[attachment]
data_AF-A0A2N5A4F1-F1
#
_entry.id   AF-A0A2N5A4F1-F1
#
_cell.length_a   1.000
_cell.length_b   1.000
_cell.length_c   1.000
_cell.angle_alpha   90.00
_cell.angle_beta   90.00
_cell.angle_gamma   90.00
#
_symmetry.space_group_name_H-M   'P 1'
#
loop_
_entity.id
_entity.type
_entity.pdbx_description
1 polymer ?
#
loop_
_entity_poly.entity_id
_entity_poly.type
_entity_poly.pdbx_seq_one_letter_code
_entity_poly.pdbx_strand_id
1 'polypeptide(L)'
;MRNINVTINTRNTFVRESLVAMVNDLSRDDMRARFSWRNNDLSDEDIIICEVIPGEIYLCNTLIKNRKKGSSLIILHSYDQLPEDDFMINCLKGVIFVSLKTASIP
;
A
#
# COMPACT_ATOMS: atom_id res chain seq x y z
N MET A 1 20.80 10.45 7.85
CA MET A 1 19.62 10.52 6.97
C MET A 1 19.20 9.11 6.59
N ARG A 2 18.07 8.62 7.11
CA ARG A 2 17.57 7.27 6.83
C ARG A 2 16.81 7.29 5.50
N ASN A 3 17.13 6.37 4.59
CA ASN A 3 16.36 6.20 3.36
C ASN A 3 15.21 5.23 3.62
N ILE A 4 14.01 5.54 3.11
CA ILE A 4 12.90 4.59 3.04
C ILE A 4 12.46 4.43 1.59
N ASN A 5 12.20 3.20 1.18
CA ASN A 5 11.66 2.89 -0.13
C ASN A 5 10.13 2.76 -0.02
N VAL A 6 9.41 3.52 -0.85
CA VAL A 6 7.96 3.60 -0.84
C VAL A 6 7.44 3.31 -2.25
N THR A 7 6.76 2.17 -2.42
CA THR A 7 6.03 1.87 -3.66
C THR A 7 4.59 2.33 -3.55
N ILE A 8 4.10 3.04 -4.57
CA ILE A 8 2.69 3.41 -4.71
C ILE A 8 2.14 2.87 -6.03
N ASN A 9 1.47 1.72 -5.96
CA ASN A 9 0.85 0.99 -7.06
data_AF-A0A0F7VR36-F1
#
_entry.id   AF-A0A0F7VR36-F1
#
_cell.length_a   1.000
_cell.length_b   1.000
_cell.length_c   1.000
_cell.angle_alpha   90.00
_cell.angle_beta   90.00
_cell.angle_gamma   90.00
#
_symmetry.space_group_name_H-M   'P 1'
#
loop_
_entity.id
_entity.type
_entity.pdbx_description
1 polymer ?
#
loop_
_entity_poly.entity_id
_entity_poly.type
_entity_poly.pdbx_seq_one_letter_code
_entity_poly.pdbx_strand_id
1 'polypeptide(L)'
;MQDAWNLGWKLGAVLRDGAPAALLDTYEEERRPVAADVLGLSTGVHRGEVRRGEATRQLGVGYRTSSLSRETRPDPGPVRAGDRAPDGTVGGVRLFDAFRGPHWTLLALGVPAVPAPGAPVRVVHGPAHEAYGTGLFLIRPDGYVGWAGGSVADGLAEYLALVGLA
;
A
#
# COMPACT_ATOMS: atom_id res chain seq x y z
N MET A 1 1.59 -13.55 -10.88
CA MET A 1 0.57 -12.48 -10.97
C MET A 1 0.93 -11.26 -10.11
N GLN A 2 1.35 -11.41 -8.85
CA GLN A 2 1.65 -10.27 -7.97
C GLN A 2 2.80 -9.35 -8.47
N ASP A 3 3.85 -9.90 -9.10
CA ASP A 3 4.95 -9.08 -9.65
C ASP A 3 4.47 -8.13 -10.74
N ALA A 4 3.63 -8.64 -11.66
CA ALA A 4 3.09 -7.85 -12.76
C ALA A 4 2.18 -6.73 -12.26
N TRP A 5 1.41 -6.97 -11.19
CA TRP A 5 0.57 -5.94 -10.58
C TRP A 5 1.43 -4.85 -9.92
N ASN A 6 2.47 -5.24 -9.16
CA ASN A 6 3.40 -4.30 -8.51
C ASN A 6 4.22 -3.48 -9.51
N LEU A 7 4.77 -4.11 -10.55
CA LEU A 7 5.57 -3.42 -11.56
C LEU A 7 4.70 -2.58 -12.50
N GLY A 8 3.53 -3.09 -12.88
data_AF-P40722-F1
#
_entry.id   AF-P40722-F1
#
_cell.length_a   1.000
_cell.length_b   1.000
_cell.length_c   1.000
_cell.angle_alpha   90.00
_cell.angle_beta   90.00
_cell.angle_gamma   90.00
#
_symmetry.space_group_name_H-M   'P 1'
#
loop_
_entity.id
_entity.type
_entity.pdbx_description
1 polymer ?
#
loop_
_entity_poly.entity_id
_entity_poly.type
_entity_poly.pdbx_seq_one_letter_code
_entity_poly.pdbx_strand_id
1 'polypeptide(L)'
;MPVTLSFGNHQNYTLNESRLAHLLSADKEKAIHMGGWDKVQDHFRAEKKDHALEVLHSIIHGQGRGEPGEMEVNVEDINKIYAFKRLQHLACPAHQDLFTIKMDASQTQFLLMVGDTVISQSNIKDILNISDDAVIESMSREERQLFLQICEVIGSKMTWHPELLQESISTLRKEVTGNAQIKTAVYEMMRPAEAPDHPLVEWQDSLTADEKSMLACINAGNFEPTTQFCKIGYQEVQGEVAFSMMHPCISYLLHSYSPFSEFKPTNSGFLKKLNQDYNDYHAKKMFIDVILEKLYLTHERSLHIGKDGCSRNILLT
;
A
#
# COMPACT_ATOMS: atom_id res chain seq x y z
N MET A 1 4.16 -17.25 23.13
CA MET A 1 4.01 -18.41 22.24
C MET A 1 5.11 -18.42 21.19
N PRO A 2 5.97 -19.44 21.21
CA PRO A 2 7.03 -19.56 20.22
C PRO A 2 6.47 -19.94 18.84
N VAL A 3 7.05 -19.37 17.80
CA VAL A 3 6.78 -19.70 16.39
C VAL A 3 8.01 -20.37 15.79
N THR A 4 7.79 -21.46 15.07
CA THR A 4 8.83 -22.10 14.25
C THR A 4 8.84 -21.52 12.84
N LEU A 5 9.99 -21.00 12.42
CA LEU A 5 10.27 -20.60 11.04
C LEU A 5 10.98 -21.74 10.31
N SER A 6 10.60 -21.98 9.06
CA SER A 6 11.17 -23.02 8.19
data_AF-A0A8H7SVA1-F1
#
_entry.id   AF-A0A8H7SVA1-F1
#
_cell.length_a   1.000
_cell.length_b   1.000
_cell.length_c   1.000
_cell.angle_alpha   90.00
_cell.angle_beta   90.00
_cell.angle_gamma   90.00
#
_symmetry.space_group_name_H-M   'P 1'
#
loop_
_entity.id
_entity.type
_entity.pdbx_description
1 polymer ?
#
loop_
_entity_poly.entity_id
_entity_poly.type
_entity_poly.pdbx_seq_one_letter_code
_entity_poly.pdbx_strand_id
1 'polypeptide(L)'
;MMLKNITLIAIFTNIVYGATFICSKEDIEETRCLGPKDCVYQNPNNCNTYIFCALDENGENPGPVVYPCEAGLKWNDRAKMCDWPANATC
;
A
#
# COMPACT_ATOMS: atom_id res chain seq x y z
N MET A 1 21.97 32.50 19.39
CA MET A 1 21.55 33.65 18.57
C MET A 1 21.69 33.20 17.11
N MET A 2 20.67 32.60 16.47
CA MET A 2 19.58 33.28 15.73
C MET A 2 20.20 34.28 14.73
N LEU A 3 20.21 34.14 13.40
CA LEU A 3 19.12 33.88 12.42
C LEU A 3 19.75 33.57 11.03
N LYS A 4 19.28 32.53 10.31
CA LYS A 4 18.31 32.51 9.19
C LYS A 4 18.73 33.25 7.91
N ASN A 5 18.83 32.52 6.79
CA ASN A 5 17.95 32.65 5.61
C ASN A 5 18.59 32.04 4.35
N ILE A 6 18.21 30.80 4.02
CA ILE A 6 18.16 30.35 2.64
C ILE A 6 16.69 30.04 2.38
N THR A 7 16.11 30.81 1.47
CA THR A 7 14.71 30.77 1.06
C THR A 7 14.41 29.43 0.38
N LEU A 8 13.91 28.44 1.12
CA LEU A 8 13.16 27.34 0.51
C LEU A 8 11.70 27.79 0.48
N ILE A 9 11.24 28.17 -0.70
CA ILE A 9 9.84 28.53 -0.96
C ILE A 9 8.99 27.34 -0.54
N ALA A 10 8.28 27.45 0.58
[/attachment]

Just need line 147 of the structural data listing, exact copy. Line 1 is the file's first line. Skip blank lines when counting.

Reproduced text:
C VAL A 3 8.01 -20.37 15.79